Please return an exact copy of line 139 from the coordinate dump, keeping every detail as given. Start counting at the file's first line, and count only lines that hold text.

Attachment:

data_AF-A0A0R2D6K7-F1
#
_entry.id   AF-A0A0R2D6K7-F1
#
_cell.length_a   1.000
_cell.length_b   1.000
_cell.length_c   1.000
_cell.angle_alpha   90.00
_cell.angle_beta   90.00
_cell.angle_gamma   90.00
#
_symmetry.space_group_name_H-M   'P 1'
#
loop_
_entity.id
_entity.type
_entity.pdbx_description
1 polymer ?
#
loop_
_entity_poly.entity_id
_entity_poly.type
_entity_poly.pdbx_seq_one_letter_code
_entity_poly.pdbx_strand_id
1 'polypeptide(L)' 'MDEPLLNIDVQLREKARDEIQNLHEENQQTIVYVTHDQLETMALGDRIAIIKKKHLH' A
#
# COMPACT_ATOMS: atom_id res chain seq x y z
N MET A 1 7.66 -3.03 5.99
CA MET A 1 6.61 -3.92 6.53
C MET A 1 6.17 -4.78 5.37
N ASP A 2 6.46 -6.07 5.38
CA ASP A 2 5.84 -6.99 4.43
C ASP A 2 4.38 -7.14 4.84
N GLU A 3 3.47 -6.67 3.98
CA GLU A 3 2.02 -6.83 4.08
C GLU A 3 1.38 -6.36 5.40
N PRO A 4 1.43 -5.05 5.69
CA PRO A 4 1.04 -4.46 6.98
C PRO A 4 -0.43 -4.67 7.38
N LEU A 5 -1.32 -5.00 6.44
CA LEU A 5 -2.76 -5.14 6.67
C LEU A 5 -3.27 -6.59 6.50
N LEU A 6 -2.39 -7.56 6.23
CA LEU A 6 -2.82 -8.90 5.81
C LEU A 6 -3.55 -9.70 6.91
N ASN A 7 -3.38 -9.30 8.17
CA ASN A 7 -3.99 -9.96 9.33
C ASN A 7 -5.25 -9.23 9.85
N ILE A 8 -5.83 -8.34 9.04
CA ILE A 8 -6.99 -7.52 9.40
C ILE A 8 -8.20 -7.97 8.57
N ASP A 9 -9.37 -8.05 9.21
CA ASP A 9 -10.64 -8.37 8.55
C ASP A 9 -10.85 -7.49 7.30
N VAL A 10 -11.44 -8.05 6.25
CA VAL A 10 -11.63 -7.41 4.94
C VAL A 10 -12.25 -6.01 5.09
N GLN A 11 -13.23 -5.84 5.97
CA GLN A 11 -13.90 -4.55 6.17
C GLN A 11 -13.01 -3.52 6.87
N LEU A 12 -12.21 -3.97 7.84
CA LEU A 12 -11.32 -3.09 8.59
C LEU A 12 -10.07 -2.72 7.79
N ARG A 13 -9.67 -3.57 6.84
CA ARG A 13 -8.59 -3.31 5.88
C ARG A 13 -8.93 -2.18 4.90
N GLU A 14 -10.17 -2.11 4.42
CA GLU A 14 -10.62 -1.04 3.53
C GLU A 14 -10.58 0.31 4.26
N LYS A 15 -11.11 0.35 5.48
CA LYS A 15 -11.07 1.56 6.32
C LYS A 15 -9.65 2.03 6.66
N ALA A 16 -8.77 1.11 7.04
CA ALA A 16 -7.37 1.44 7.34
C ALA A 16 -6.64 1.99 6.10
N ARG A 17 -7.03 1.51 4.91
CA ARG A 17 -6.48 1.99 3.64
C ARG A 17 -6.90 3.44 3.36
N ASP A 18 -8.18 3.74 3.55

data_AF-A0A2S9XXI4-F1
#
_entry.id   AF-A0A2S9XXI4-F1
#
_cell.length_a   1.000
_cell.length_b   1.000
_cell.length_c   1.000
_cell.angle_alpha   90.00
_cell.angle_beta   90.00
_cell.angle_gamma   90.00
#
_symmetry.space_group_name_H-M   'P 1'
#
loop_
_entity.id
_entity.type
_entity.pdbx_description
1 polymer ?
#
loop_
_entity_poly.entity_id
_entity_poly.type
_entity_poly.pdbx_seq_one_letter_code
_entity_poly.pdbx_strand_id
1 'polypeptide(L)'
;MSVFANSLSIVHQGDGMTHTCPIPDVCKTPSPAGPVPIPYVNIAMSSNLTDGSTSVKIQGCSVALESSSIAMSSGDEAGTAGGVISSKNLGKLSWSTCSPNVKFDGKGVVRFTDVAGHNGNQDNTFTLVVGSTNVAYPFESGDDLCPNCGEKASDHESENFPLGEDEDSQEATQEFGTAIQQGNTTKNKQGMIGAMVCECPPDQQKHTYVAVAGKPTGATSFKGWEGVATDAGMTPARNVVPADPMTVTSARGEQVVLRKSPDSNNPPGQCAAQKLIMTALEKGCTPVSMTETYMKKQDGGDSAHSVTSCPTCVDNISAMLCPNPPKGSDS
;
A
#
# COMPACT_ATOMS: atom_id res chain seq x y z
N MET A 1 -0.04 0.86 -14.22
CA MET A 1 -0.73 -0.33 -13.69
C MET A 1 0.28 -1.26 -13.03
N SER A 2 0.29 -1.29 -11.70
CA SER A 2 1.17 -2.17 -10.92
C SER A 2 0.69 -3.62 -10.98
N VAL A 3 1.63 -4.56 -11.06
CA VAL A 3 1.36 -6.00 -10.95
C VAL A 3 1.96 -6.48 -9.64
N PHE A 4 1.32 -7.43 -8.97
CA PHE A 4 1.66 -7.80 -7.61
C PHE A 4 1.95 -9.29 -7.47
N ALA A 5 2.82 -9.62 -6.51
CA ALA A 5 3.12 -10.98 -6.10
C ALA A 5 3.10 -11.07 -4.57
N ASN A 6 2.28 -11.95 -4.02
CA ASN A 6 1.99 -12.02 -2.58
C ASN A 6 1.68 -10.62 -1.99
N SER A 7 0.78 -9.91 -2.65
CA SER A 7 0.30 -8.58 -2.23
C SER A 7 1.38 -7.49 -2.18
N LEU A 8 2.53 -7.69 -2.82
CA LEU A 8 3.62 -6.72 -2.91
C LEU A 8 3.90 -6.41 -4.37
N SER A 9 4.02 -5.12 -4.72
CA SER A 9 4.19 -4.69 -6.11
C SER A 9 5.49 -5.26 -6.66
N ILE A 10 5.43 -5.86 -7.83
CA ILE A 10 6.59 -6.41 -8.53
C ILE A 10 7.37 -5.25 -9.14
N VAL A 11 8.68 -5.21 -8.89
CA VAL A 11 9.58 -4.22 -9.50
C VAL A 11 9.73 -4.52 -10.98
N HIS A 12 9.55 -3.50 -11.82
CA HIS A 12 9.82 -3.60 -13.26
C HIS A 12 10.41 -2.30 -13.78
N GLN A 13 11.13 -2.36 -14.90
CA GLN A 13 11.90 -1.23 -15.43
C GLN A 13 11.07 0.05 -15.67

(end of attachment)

C ILE A 10 7.37 -5.25 -9.14